On Health Care, Republicans Are Courting A Revolt
Corey Uhden, Politics Contributor
You would be hard-pressed to find a better example of what passes for excitement in Washington D.C. than watching the eager anticipation of the Congressional Budget Office’s (CBO) Cost Estimate of the American Health Care Act.
Observers declared this report would “decide the fate” of the health care bill backed by President Trump and party leaders in Congress. In a way, they’re right - a bill can only be subject to the rules of reconciliation if it will not add to the national deficit over a ten year window. When the CBO finally analyzed the Democrats’ 2009 health care bill and concluded it would not significantly impact the budget, Republicans, led by a relatively low-profile Member of Congress named Paul Ryan, denounced the score. They said it was the result of “smoke and mirrors,” a series of “gimmicks” built into the bill to get a more favorable score than it deserved. Remember that as Ryan is now the Speaker of the House and it’s his health care bill facing the rigors of the legislative process.
Ryan says he’s “encouraged” by the CBO report this time. The office found that the bill as written would reduce deficits by $337 billion over the ten year window. It further found that it would stabilize the individual insurance market and result in premium decreases of around 10% by 2026, starting in 2020. In the meantime, premiums could increase by as much as 20%. CBO’s analyses have been wildly off the mark on health insurance costs and enrollment targets, by as much as 24 million in 2016, so keep that in mind when you hear that the CBO further found that the net result of the bill if it becomes law is that 14 million fewer people will be insured in 2018 and 24 million fewer people would have coverage in 2026. That estimate so easily becomes “24 million will lose coverage” it is hard not to imagine voters and politicians will quickly internalize this talking point and use it to bludgeon the bill’s supporters.
However, the score is the result of a giant gimmick: the tax credits are arbitrary and insufficient. No one can explain why a 50 year-old making $30,300 a year (200% of the federal poverty level) should receive a refundable tax credit of only $3,500. Under current law, their tax subsidy would be $13,500. The Republicans appear to be meeting one coverage target, incentivizing young people to purchase health insurance, while effectively locking millions of lower-income, older residents out of the market altogether. While Republicans aim to eventually create the environment for more affordable insurance, including plans equal to the tax subsidy, most older Americans don’t have much of a choice. As we age, our bodies deteriorate and we need more coverage than we did at 30 or 40. That is why it costs more to insure older people and why their premiums are higher. In the CBO’s estimation, “premiums for older people could be five times larger but the size of the tax credits would only be twice the size of the credits for younger people.” The result is a stabilized health insurance market, but at what cost?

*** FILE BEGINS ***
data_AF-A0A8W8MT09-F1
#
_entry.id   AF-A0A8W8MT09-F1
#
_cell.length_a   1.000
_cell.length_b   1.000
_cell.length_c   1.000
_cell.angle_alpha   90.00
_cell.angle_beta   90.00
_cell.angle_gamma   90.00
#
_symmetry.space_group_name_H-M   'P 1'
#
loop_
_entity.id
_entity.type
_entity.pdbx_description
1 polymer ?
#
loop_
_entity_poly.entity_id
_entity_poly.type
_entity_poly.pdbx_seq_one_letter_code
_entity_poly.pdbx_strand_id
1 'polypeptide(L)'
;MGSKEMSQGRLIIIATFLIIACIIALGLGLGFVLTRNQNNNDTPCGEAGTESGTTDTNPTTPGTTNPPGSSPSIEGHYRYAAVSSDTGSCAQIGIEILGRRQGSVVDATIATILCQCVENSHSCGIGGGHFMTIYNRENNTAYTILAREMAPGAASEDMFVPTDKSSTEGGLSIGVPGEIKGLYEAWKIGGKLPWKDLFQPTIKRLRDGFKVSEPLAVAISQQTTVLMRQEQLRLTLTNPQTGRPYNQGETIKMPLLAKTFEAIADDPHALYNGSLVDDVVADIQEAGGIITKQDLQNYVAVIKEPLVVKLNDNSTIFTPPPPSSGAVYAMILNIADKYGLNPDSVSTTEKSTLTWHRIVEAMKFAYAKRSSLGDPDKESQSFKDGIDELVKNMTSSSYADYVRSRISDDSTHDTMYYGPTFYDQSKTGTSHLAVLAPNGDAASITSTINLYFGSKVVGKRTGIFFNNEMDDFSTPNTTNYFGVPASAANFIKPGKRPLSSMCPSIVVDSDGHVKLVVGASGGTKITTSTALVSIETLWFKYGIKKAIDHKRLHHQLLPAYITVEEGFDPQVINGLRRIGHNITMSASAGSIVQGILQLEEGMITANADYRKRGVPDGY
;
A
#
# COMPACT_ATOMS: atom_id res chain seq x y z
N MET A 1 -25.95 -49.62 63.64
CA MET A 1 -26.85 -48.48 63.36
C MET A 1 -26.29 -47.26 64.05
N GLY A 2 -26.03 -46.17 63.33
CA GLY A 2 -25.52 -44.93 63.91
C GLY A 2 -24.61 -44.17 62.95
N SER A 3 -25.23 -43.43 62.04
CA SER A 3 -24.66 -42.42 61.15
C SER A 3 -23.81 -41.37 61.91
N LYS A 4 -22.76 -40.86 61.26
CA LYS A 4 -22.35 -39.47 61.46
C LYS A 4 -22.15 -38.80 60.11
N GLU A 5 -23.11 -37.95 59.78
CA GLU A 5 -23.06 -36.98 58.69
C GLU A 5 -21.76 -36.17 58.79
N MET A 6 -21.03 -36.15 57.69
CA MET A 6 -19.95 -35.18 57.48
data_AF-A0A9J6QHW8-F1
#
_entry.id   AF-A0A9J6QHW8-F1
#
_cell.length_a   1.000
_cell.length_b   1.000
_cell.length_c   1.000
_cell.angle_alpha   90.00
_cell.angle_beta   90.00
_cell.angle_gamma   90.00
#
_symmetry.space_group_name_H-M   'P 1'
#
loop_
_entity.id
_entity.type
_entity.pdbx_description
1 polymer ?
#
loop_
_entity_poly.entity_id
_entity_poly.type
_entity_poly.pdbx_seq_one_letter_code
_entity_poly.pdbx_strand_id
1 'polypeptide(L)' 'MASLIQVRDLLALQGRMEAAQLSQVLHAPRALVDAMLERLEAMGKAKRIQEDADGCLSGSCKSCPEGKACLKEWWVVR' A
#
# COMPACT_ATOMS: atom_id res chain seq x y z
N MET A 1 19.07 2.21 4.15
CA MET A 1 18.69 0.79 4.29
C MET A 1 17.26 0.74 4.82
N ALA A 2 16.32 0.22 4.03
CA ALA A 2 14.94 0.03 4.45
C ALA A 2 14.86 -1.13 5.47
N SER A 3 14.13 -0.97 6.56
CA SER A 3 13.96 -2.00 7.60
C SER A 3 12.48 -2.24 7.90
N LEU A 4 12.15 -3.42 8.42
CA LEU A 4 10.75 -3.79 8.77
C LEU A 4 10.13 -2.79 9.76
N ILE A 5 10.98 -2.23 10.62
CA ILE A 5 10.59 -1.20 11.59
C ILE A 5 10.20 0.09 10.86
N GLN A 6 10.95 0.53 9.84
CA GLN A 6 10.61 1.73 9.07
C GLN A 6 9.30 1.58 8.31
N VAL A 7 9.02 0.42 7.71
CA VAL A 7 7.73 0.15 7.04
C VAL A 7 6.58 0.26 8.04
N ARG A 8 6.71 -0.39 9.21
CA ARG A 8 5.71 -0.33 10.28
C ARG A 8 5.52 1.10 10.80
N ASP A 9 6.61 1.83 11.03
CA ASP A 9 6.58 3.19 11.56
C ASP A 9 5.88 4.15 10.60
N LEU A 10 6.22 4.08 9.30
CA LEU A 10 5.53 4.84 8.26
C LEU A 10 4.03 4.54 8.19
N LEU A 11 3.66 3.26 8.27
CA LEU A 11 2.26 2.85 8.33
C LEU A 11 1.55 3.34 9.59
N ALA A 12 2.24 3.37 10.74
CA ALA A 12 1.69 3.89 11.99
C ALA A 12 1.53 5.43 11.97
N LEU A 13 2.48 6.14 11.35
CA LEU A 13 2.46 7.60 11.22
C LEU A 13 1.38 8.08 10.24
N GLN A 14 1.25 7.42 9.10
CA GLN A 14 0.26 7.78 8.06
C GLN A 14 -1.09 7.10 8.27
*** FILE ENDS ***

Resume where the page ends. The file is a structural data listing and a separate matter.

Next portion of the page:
Republicans promised to repeal Obamacare, but their constituents are benefiting from it. The people that would be most negatively impacted by repeal are those between the ages of 40-64 earning less than $75,000 for singles and $150,000 for married couples, also known as their base. Significant cutbacks to Medicaid spending, and the arbitrary, insufficient nature of the refundable tax credits will affect Trump voters the most. As Republicans realize their constituents will pay more, they’re demanding changes. Some wish to make the tax credits more generous by making them contingent on age, income, and location. Not only would that impact the deficit, it would drag the bill much farther in the direction of the ACA. That isn’t sitting well with conservative House members that have already dismissed the proposal as “Obamacare Lite”
The truth is this is probably the best conservatives are going to get. The bill as currently written would repeal Obamacare, reduce deficits, sunset an open-ended subsidy, permanently cap Medicaid, and make room for a debate on ideas that would improve the health care delivery and insurance markets while lowering costs. But the bill as currently written probably won’t pass so there are plenty of changes coming, plenty of “fateful” .pdf reports to anticipate, and plenty of time to trigger a political revolt.
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